Scratch the itch

Scratch the itch


Portia Stewart
Sandy scratches. A lot. When her leg gets going, it makes a sound against the floor like a hammer driving a nail. My mother-in-law, Jane, first noticed Sandy's behavior a few months ago. When Jane took Sandy, a mid-sized 13-year-old mixed-breed pooch, to the veterinarian, he suggested a diet change to curb the scratching that makes her so uncomfortable.

Sandy's a lucky girl. She was a 6-month-old stray that was found wandering the countryside. Sandy adopted all of us, and now we're part of her pack. So it's hard to see the worried look on her face when the itching becomes unbearable.

As I watch Jane searching for solutions with her veterinarian, it reminds me how much the veterinary team counts. Jane has faithfully taken Sandy to the same doctor since Sandy joined the family. Sandy's received regular care from heartworm prevention to dental cleanings. Jane has tried the diet changes, despite Sandy's reluctance to try a new kibble. Now the real work begins.

The hardest part for Jane is the uncertainty. Sandy's condition might take a while to solve. And it's up to Jane's veterinary team to make sure she doesn't give up when the first diet change offers little improvement in Sandy's condition. They also have the burden of re-educating the family about what's off the menu for Sandy, including treats.

Sandy's parents are itching for a solution, and her veterinary team is working hard to offer one. But without your diligent care, clients will look for that solution somewhere else: the Internet, the local tractor supply store, or their neighbor's pantry. You want to be in on all of the discussions clients have about their pets' health—especially when pets are facing long-term conditions that require lifestyle changes, such as diet and exercise.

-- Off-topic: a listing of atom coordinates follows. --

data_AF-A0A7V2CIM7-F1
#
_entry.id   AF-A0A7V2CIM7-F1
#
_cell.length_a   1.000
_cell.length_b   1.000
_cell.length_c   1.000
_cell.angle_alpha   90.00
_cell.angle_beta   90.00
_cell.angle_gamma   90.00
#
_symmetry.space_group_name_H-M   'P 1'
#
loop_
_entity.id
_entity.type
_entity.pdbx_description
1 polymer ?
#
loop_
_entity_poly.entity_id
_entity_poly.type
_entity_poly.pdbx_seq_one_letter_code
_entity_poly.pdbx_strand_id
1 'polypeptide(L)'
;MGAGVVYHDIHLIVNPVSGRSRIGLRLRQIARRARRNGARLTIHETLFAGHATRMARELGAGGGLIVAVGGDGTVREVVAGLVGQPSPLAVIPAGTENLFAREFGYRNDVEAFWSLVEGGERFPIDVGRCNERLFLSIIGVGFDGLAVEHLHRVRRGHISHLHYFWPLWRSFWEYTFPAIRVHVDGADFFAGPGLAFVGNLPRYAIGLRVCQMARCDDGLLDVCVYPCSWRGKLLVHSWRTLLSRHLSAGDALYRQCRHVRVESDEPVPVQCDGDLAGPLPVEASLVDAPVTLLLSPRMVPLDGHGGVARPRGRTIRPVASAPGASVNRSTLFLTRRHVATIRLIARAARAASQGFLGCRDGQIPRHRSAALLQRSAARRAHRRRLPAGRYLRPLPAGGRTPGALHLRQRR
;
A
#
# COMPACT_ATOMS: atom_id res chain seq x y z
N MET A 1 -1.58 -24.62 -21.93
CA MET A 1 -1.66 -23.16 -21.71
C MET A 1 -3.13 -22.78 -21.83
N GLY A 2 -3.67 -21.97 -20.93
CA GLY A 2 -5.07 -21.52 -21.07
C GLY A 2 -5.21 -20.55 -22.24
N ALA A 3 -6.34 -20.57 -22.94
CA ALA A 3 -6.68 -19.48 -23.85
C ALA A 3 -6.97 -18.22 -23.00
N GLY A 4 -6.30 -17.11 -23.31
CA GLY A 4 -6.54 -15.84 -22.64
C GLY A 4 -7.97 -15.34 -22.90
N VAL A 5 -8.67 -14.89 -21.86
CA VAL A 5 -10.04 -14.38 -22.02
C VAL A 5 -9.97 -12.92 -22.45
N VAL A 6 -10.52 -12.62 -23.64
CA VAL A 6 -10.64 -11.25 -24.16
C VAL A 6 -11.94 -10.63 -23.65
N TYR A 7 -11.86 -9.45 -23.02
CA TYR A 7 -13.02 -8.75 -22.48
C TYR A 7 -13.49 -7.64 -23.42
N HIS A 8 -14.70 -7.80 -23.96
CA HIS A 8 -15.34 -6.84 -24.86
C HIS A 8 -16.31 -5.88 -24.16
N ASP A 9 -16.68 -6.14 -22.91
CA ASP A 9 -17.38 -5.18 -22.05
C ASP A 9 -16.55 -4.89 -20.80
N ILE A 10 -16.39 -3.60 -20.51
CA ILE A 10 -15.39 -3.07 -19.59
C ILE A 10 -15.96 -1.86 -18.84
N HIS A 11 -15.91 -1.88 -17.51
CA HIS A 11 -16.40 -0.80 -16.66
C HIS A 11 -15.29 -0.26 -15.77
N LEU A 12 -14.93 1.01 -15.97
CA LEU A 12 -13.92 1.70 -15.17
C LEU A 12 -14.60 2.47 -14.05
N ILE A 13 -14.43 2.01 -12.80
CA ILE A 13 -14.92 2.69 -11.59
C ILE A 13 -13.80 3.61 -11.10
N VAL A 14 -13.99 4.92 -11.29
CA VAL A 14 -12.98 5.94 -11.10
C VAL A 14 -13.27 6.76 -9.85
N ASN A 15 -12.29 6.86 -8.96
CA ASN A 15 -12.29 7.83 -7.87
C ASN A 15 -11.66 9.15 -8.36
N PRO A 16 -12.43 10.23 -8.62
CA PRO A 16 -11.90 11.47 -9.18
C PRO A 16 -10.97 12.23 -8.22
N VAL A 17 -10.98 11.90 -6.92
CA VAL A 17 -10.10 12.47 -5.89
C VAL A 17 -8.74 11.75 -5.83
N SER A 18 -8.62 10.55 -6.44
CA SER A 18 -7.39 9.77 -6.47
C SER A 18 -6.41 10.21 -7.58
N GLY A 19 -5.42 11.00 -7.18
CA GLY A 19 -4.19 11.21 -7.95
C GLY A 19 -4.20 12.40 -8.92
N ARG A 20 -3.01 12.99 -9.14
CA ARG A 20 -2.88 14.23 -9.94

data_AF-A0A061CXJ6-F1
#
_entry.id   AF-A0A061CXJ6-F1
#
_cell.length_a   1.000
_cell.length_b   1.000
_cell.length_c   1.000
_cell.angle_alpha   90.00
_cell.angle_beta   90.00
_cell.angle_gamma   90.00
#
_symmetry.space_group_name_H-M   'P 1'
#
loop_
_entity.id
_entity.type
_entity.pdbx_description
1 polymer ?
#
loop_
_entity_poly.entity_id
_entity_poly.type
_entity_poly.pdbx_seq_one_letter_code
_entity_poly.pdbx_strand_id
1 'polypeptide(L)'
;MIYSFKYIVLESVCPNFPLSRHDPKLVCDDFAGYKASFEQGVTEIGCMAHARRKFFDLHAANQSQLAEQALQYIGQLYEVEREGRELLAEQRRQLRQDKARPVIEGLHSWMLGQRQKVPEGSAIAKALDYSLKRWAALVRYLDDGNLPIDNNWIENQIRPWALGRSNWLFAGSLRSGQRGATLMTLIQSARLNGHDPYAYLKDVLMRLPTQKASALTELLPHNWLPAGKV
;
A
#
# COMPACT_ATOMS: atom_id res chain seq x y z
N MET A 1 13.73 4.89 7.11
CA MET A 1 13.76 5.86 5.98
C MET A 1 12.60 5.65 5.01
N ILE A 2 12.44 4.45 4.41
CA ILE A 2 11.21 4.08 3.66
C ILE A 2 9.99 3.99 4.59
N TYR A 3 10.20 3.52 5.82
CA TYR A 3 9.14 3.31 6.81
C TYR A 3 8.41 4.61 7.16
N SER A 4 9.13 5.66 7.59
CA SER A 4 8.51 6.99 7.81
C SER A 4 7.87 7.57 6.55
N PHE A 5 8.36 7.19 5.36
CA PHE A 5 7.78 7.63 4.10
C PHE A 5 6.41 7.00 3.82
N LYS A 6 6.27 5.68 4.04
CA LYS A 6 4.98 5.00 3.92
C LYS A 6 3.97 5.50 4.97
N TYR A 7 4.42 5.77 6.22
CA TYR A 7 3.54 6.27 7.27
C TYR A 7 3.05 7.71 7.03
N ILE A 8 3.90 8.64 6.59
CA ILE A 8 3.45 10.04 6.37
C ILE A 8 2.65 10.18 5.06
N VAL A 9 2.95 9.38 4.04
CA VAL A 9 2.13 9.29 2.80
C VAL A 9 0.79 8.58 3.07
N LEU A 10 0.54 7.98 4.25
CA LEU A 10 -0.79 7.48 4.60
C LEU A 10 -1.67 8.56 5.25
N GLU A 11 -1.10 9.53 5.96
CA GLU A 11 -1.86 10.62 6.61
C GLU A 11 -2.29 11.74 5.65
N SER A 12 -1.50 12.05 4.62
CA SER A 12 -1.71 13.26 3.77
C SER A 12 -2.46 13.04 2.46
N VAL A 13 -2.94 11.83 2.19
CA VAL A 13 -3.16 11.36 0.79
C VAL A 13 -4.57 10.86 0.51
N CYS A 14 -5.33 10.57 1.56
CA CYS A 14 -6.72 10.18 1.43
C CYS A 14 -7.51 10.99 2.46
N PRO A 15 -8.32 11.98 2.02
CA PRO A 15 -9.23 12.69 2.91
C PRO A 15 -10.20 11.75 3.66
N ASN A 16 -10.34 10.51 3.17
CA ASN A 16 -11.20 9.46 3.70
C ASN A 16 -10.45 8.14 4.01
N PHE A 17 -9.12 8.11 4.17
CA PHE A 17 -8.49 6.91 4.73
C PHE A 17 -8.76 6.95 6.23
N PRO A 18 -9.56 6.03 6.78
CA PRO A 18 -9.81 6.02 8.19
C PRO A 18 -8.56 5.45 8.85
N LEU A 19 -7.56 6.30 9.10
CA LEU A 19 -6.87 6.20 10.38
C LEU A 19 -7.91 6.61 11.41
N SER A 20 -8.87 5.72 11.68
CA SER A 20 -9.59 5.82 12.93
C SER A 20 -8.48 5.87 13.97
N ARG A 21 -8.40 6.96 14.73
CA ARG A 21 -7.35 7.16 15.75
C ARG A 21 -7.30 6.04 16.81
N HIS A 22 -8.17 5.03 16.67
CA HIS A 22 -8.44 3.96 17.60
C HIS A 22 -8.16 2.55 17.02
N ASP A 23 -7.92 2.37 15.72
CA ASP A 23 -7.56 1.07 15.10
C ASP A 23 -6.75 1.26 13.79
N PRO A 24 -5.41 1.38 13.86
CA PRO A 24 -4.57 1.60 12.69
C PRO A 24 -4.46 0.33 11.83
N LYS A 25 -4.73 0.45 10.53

So what else can you do for clients? How about a phone call just to check in? Or maybe you can copy the article you just read about itchy dogs. These gestures are just as important as the information you provide because they make the client part of your team. I know Jane will find a solution to make Sandy comfortable. After all, she's got a dedicated team of veterinary professionals to help her out.









Portia Stewart, Editor

Proceedings papers for techs

The very best behavior advice for new puppy owners (Proceedings)

CVC IN SAN DIEGO PROCEEDINGS

The entire hospital staff should play a role in the counseling of new puppy owners.

The technician's role creating a behavior centered veterinary practice (Proceedings)

CVC IN SAN DIEGO PROCEEDINGS

A focus on pet behavior in the veterinary clinic is an excellent practice builder.

Trying times--dealing with canine adolescent dog (Proceedings)

CVC IN SAN DIEGO PROCEEDINGS

A behavior wellness exam is an opportunity to check up on a pet’s behavioral health and answer any related questions a client may have.

Enriching geriatric patient's lives (Proceedings)

CVC IN SAN DIEGO PROCEEDINGS

An important time for practices to include a behavioral exam is when a pet becomes a senior.

Tubes and tracheas--all about endotracheal tubes and lesions in difficult intubations (Proceedings)

CVC IN SAN DIEGO PROCEEDINGS

Endotracheal tubes are usually made from silicone, polyvinyl chloride (PVC) plastic or red rubber.